International Cat Speculators Since 2006


This is a good story from The Times.

THE scientist who led the team that cracked the human genome is to publish a book explaining why he now believes in the existence of God and is convinced that miracles are real.

Francis Collins, the director of the US National Human Genome Research Institute, claims there is a rational basis for a creator and that scientific discoveries bring man “closer to God”.

His book, The Language of God, to be published in September, will reopen the age-old debate about the relationship between science and faith. “One of the great tragedies of our time is this impression that has been created that science and religion have to be at war,” said Collins, 56.

“I don’t see that as necessary at all and I think it is deeply disappointing that the shrill voices that occupy the extremes of this spectrum have dominated the stage for the past 20 years.”

For Collins, unravelling the human genome did not create a conflict in his mind. Instead, it allowed him to “glimpse at the workings of God”.

“When you make a breakthrough it is a moment of scientific exhilaration because you have been on this search and seem to have found it,” he said. “But it is also a moment where I at least feel closeness to the creator in the sense of having now perceived something that no human knew before but God knew all along.

“When you have for the first time in front of you this 3.1 billion-letter instruction book that conveys all kinds of information and all kinds of mystery about humankind, you can’t survey that going through page after page without a sense of awe. I can’t help but look at those pages and have a vague sense that this is giving me a glimpse of God’s mind.”

Collins joins a line of scientists whose research deepened their belief in God. Isaac Newton, whose discovery of the laws of gravity reshaped our understanding of the universe, said: “This most beautiful system could only proceed from the dominion of an intelligent and powerful being.”

Indeed, the thought that there might be conflict between science and Christianity to me is laughable given how much of our modern science is founded on the work of those who believed that both were in perfect harmony.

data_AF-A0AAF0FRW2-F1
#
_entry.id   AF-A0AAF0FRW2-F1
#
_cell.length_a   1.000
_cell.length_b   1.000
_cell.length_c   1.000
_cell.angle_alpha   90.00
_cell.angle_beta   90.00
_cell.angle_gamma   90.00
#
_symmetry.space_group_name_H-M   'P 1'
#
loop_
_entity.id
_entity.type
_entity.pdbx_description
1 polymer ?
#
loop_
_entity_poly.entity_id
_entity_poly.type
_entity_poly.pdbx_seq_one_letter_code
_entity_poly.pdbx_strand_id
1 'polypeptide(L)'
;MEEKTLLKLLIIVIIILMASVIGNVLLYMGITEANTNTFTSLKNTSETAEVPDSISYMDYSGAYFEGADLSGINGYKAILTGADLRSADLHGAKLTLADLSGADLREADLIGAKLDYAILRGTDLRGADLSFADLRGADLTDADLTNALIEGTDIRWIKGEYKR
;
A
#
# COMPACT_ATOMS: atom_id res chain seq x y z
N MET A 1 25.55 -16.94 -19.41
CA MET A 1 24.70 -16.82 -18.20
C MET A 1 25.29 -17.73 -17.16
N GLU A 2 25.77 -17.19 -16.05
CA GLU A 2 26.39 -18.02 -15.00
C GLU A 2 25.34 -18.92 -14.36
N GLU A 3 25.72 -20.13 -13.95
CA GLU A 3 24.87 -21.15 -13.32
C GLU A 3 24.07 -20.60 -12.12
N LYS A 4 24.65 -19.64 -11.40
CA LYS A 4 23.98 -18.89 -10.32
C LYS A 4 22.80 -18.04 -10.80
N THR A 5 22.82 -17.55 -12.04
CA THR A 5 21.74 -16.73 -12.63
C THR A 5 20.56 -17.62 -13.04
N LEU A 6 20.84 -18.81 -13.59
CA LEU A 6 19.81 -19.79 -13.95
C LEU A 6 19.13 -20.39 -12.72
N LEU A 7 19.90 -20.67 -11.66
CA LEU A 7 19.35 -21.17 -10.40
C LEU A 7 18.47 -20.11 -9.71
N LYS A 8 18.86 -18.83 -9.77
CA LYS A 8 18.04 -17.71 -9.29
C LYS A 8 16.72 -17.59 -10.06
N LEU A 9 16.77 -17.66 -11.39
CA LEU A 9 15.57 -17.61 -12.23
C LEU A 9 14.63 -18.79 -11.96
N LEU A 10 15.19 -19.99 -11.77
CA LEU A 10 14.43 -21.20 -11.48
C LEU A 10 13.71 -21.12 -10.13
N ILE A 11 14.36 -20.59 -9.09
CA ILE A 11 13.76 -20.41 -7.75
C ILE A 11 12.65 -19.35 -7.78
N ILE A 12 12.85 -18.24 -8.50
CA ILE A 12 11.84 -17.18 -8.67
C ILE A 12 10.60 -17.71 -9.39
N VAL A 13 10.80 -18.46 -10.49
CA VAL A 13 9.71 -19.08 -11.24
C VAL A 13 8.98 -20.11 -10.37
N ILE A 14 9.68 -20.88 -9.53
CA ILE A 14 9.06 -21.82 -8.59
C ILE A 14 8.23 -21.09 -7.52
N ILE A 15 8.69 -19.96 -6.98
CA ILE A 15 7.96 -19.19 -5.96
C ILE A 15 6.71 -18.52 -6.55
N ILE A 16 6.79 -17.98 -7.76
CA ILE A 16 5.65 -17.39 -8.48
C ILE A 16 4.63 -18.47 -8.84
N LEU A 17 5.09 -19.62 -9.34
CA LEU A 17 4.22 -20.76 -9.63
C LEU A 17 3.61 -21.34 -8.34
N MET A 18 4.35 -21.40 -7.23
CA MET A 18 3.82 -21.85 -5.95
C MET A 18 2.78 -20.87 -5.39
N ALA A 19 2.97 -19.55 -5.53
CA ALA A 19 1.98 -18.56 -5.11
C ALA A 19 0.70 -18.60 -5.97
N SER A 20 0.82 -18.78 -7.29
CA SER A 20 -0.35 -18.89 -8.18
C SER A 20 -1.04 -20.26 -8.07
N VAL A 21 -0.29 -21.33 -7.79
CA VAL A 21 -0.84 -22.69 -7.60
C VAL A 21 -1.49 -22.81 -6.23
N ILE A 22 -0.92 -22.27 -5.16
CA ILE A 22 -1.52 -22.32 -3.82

Those that disagree please generate comments using a random letter generator then select phrases that will survive in your mind. 🙂

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Comments on: "Genome Project (and other stuff) Claims Evolutionist(‘s Atheism)" (11)

  1. …is laughable given how much of our modern science is founded on the work of those who believed that both were in perfect harmony.

    Such people (e.g., Copernicus) did indeed go looking for such perfect harmony, to understand and thus honor his god. He didn’t find it though, not according to his expectations. And that’s the critical thing here – not the motivations of the individual, but what they observed and what results others could confirm or reproduce. The same is true of all subsequent scientists – what they believed was irrelevant – only what they could demonstrate was relevant.

  2. david w said:

    (I don’t know if this is moderated or if the last time I wrote this comment the internet ate it, sorry if it’s a repeat….)

    I’ll take up your challenge , this phrase took about 2min to evolve using the “weasel algorithm” (and is true)

    Collins hasn’t completely lost his mind, still very much an “evolutionist”.

    A purely random search would probably have taken longer than the current age of the universe. Just something to think about.

  3. Hm, is it really evolution if God used it?

    But you are right, he’s not a creationist. My point is not that, but rather that he now sees God’s hand in his work.

  4. Then why use the term “evolutoinist”? One which splits the world into people that believe in evolution, whether it was God’s way of getting things done or not, and those that believe in a special act of creation?

    I actually agree entirely that there is nothing inherently conflicting between religious belief and the world revealed by science. But if you think that why use a term that splits people into rationalists and those that think the bible or koran take precedence over the natural world?

  5. He’s no longer what most people think of as an evolutionist – he no longer believes that the world was created by random chance.

    But it’s not the best choice of headline, you’re right.

    I’d say he’s on his way to becoming rational myself 🙂 I personally believe that evolution of any sort is quite irrational, having physical evidence in the world to show that plenty of theories are just not believable (strata of rock and large canyons that have been seen formed over hours for example).

  6. Think the new title is a little more curate.

  7. I think you have been misled my someone who thinks his faith would be threatened if some combination of genesis 1 and 2 wasn’t a literal account of the way God made the world.